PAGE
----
The past 12 months have been tough for payment providers across the board, with market volatility and the end of cheap money leading to funding cuts, mass layoffs, and redundancies. Many firms have been struggling, and certain news stories demonstrate
the ongoing challenges. Last year, Klarna laid off 10 per cent of its workforce, and its valuation dropped by 85 per cent, from a prior $46 billion valuation to a $6.7 billion. Meanwhile, Instacart’s valuation fell from $39 billion to $24 billion in the first
half of last year before decreasing to $10 billion by December. In the UK, Railsr (known as Railsbank until mid-2022), which provides banking-as-a-service and embedded finance software, was thought to be near a unicorn valuation less than twelve months ago.
Now it faces being sold as news emerges of fresh layoffs and funding issues. One of the most spectacular implosions was the fall of FTX. Previously boasting over a million users and a US$32 billion valuation, by November, the company had filed for bankruptcy
with a class-action lawsuit pending. This challenging economic climate has seen venture capitalists tightening their purse strings with more fintechs shutting down. However, times like these can also invite forward-thinking innovators to break the mould –
especially when delivering customer value. Over 80 per cent of customers now begin their journeys through digital channels rather than in-person interaction, and research from global advisory and digital services provider ICF reveals key trends for payment
players in the year ahead. Namely, loyalty partnerships will play a crucial role in providing enhanced value to customers. During a cost of living crisis, customers’ expectations have evolved, with 39 per cent of consumers actively searching for more value
from the products and services they buy. Customers crave offers and benefits relevant to their lives and easy to access, and brands need to look for payment players and loyalty partnerships that address this demand. As household budgets tighten, customers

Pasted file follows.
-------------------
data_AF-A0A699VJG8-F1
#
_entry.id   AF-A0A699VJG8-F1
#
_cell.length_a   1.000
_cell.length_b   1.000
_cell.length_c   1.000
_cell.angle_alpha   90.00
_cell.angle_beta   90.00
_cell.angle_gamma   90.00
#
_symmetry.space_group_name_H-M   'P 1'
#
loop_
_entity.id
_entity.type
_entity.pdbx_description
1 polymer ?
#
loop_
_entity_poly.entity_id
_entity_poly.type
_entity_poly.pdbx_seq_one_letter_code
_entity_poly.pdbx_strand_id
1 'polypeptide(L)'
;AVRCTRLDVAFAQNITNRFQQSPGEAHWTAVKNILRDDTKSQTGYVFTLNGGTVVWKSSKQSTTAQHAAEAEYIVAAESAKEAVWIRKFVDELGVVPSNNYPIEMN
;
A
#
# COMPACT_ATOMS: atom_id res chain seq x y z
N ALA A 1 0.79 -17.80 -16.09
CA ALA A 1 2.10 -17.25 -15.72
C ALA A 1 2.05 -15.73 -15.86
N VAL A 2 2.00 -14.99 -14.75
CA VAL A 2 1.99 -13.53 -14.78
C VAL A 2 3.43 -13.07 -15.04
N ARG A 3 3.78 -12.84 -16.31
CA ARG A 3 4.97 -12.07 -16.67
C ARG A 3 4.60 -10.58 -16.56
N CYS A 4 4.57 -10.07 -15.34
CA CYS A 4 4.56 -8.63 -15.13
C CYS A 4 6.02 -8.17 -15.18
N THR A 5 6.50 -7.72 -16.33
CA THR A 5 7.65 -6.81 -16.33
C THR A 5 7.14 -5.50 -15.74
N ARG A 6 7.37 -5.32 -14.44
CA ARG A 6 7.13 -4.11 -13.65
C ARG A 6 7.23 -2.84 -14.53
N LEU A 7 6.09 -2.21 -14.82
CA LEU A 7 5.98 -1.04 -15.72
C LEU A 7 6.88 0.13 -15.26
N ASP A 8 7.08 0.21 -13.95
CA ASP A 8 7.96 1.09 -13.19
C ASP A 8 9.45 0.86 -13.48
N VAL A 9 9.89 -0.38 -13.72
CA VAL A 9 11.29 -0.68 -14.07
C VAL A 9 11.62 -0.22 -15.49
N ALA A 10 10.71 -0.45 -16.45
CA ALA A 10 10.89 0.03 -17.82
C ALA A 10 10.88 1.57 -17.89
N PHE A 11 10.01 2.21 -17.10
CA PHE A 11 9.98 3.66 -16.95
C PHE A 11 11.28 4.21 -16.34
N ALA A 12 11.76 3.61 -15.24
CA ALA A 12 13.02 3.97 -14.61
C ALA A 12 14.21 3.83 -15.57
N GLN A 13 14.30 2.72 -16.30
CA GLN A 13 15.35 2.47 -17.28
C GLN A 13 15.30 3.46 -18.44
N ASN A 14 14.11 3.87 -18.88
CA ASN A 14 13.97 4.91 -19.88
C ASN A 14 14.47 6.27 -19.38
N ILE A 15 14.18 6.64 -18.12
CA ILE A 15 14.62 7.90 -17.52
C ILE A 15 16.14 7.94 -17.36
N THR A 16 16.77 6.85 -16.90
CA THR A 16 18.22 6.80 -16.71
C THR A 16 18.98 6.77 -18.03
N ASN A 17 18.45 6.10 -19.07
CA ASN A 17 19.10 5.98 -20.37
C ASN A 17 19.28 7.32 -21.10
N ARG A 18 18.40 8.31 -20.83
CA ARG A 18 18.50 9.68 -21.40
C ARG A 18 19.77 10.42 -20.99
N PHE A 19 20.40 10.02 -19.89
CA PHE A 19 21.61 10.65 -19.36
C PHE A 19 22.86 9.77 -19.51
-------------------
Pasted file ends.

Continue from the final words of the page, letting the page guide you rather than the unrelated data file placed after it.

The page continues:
are less likely to make impulsive purchases and consciously seek more value for money – not just through loyalty programs but also via easy and seamless payment options. This is part of what is paving the way for the imminent explosion of embedded finance,
with McKinsey estimating the market could double in size within the next three to five years. When powerful integrations with digital interfaces become more available, there are exciting new possibilities for customer loyalty apps, digital wallets, and shopping
cart platforms. This is why banks are also ones to watch this year, as there is a real opportunity for them to invest heavily in customer loyalty and digital experiences that win the customer back from Fintechs in areas such as BNPL, credit score building
and money management. 2023 will see banks looking at M&A in these areas, as well as embarking upon their own organic development and growth. With more focus on digital payments linking to super-apps, banks will finally start to understand that they have the
right to play in this space if they can get building and partnering.